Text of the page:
Shaih Lifa’s Concept of the Exhibition
“Taking a retrospective view of one’s past by means of exhibited documents is like opening a book for everyone to closely examine. ... I am not entirely sure whether or not there is anything worth noting in my life. Between what’s notable and what’s not, I realize that my life has had too many repetitions thus far. I encapsulate my life experience in the brief act of artistic creation; what you see here are my views on life.” -- Shaih Lifa
Shaih first returned to Taiwan in 1988, six months after the 40-year period of Martial Law had been lifted. At the time, the extent of environmental pollution on the island was appalling. After he went back to the United States , he tried, but failed, to articulate through his paintings how he felt about all this.
After two years of struggle and careful consideration, he finally decided to express his complex feelings through the use of "readymade" objects. This is how the idea of "Aesthetics of Litter" was conceived. This project, which was the main feature of an exhibition on the theme of "Garbage," uses bin bags as a symbol of the twentieth century. It sets out to explore the environmental issues that confront Taiwan in our time. By placing litter in the art museum, "Aesthetics of Litter" raises questions with regard to the status of the litter: does it remain an art object, a status it gained through the art exhibition? Or does it return to its initial character, i.e. simply garbage. By raising these questions, the piece can also be seen as posing the classical questions of conceptual art, i.e. “What is art?” “What is garbage?” “What is an art museum?”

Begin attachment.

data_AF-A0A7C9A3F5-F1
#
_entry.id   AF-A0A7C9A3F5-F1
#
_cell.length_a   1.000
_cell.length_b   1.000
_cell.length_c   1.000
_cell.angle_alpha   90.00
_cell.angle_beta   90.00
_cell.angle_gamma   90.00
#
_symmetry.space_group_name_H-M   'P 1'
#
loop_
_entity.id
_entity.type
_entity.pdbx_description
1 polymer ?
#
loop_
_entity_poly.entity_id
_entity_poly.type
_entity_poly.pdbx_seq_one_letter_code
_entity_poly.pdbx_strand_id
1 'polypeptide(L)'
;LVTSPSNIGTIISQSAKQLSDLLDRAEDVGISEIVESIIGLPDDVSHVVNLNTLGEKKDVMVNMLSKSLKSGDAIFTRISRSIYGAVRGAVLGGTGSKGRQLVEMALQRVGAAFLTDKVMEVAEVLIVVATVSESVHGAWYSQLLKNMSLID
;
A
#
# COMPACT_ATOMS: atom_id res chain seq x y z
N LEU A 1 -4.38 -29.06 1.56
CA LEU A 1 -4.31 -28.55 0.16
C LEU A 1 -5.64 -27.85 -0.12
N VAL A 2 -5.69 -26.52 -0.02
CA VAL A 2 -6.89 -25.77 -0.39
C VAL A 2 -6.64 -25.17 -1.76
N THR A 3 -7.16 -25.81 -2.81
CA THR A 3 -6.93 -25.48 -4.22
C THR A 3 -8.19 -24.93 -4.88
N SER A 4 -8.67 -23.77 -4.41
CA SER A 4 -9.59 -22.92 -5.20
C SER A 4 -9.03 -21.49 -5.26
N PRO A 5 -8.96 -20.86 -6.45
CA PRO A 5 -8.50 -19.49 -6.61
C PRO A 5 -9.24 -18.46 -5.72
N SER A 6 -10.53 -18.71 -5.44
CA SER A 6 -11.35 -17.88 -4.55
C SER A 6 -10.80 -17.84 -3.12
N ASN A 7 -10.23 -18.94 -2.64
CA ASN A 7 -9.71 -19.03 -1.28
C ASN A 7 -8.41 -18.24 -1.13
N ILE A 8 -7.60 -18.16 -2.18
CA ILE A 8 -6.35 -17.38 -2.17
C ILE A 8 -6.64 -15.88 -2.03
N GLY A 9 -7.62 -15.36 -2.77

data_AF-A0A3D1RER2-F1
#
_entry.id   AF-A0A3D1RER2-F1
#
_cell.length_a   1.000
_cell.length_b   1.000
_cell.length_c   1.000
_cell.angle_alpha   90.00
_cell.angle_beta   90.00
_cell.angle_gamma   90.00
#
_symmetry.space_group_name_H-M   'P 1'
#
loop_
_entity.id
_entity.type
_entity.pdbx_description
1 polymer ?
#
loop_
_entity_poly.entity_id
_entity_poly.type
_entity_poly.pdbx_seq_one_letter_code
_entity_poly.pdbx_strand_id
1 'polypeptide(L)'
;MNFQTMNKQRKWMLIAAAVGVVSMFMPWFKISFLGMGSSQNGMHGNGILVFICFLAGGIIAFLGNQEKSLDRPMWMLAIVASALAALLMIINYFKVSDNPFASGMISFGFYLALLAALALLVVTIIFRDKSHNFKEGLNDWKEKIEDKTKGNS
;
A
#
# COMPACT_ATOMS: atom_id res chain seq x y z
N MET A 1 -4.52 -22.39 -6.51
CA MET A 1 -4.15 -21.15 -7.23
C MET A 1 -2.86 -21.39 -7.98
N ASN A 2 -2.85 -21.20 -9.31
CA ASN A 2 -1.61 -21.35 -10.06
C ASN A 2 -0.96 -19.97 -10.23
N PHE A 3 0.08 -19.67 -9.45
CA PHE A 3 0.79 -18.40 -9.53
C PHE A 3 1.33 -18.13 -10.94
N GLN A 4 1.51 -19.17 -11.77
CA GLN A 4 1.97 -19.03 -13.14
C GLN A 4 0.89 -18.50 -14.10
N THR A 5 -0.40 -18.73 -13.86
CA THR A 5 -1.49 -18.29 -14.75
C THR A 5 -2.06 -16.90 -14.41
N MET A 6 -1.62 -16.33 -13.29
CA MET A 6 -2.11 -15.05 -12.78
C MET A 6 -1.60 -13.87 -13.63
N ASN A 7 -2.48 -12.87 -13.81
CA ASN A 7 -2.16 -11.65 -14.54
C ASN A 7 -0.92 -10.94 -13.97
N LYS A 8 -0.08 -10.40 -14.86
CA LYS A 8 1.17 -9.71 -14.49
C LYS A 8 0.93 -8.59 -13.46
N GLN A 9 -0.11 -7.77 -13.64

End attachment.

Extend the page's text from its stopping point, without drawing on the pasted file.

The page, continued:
An egg was surprisingly hatched from the bin bags after the "Aesthetics of Litter" exhibition. This, in effect, allowed the story of garbage to evolve into what Shaih called "oviparous civilization." Shaih started this project by making a collage with reproduced images of classical European paintings and then scribbled on this collage with transparent paints, before finally putting all this in an egg-shaped container. This signifies a new life cultivated in the egg, which can be seen as a symbol of the rebirth of civilization.
Shaih never thought this series would later be acclaimed as representing the peak of his painting techniques. With the simple oval shape, the prototype of four eggs marked the successful conclusion of this project.
Shaih also collected a large number of paintings by other artists, after he settled in Taiwan . As he recalled the story behind each painting, he was brought increasingly closer to these works, and came to a realization about the nature of the collection. The collection reflects his experience, disposition, fate, personality and thoughts and symbolizes a certain aspect of his life.
Therefore, he decided that the retrospective exhibition should encompass the artwork that he had so far collected, and that he would display them as a single piece of his own work. He felt that this would most appropriately summarize the artistic ideals that he had held for many years.
A note about Grande Chaumière Violette
Grande Chaumière Violette is the most complete exhibition of Shaih Lifa’s works to date. This exhibition showcases Shaih Lifa’s paintings, manuscripts, newspaper clippings and his own art collection. Part of the installation project, "A Landmark Made of Floating Lights," as well as its full-sized prints, will be displayed in the Art Corridor of National Taiwan Museum of Fine Arts. This exhibition is organized in conjunction with a conference on Shaih Lifa’s contribution to the writing of Taiwanese art history. Renowned scholars will present their research at the conference, which will explore Shaih Lifa’s thoughts and philosophy on life, as well as his views on the history of Taiwanese art.
Photo courtesy of National Taiwan Museum of Fine Arts
The above information is edited by Felicity Fei-Hsien CHIU（邱斐顯）, former editor of center of web and wireless news service, the Central News Agency.